First, it was recognised by a number of presenters that technological innovation will not result in improvement unless it is accepted and utilised by people within the organisation.  While the promise is that technology will reduce the number of lower-skilled, repetitive jobs within the industry and replace these with roles that require higher levels of skill, this transition needs to be managed.  While many individuals will welcome this development, every individual is different, and needs to be considered as such.  The techno-sceptics and non-techno-savvy will find these developments particularly challenging.  Some may not wish to take on the additional responsibilities involved, or may not be capable of adopting the new skills required.

Technology Managment Alignment

Second, the advent of new technologies is increasing the frequency with which short-interval control measurements can be made, and this is also increasing operational tempo and, potentially, workforce stress associated with this.  For example, where stockpile quantities used to be surveyed manually once per month, drone technology combined with LIDAR scanning now allows this to be done automatically once per day (or even more often).  Tonnes of material moved by bulldozers can now be easily reported once per shift, and variations in productivity (or from plan) more easily reported.  While this permits more granular control over operations by senior managers, it also potentially facilitates higher levels of micromanagement, which may, in turn, have an adverse impact on morale and productivity.  Once again, it will be important to understand and carefully manage the impact of these technologies on organisational culture, and ensure that leadership behaviours are consciously congruent with the type of culture that the organisation wishes to embrace.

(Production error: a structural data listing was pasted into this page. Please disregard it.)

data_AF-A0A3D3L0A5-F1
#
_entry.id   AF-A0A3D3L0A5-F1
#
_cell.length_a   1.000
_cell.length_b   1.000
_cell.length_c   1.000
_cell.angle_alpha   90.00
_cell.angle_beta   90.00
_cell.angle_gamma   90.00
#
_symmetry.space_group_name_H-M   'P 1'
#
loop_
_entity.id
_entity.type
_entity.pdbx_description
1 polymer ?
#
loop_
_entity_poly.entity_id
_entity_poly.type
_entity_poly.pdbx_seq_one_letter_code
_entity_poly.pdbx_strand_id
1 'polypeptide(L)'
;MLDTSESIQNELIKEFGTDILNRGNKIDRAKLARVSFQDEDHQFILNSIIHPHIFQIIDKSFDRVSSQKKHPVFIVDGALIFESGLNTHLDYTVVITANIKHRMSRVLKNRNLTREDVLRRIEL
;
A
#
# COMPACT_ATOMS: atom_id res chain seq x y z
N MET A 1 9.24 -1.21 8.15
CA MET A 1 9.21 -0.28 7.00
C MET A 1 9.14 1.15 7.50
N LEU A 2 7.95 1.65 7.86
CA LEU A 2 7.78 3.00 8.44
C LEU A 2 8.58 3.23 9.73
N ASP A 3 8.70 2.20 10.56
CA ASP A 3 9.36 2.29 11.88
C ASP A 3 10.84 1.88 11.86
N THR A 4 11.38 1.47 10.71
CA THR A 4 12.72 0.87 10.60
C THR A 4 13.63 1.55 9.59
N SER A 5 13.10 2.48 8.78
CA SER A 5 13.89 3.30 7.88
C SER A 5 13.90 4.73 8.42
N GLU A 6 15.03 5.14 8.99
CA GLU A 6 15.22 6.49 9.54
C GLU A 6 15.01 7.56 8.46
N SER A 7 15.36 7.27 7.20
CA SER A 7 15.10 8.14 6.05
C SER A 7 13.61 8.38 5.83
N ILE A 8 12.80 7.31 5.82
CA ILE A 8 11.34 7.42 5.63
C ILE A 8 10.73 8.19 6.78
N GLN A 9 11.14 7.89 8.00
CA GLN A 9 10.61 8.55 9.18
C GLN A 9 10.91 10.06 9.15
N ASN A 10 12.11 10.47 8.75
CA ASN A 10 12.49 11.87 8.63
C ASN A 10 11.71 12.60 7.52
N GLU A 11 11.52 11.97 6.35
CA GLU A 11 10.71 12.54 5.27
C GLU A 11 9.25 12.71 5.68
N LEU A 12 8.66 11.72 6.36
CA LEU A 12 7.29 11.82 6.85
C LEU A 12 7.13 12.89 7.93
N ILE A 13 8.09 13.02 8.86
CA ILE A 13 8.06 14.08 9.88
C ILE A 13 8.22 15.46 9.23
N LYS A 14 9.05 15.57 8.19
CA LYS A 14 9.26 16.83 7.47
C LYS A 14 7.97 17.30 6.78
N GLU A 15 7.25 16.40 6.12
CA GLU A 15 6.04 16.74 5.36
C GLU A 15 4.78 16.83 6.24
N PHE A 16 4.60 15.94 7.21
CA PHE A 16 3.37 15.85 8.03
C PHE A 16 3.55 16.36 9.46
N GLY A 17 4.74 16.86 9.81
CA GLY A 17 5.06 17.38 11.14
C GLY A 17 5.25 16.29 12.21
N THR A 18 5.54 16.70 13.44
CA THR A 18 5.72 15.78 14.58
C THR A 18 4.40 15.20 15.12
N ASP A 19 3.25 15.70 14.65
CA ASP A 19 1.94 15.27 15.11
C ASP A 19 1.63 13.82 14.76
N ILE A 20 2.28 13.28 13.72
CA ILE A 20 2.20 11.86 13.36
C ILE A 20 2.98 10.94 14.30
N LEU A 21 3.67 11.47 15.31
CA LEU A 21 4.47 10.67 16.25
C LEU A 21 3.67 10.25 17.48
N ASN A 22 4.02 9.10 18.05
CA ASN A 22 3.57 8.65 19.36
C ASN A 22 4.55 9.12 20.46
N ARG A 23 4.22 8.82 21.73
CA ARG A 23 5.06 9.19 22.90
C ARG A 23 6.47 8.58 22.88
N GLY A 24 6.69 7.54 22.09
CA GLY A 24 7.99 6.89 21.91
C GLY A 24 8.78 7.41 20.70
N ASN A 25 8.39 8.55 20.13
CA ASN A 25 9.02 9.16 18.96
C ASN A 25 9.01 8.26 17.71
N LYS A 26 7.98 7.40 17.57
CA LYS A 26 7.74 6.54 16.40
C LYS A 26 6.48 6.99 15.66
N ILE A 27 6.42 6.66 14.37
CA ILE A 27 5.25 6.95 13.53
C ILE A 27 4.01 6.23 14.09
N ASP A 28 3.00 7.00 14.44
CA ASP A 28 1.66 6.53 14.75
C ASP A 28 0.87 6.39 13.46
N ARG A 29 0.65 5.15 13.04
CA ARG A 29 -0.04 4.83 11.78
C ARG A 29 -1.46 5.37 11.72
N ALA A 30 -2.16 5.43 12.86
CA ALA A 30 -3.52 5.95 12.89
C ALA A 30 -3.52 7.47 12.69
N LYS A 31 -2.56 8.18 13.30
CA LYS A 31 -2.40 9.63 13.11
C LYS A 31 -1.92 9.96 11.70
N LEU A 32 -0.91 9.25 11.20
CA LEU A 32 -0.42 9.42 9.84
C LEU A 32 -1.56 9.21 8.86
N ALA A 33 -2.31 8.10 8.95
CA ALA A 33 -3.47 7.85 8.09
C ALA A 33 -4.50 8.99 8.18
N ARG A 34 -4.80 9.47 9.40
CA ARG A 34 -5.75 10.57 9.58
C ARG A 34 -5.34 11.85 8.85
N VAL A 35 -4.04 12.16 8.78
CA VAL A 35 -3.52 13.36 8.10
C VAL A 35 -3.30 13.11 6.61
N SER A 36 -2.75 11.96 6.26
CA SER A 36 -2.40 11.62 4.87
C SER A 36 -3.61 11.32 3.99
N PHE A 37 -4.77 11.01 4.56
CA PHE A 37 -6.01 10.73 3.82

Third, many speakers discussed the challenges associated with data – both volume and quantity.  Rio Tinto’s autonomous trains, for example, collect Petabytes of data on every trip.  It is clearly neither practical or valuable to store all of this data for subsequent analysis.  The challenge, therefore, is to decide what data IS valuable, and at what level this data should be summarised.  This is difficult if the problems to be solved and associated analysis tools and methods have not been determined in advance.  It was also acknowledged that often 30% or more of the data that is collected is incomplete or inaccurate.  A number of speakers correctly noted that data does not need to be 100% accurate – it only needs to be accurate enough to facilitate an effective, data-driven decision.  This sounds good in theory, but not very helpful in practice when you are collecting the data in advance of the decision being made (and therefore don’t know how accurate it needs to be).  The more effective solutions presented at the conference tended to combine expert judgement from individuals (albeit with the potential human biases that this can bring) with data analytics to arrive at informed decisions.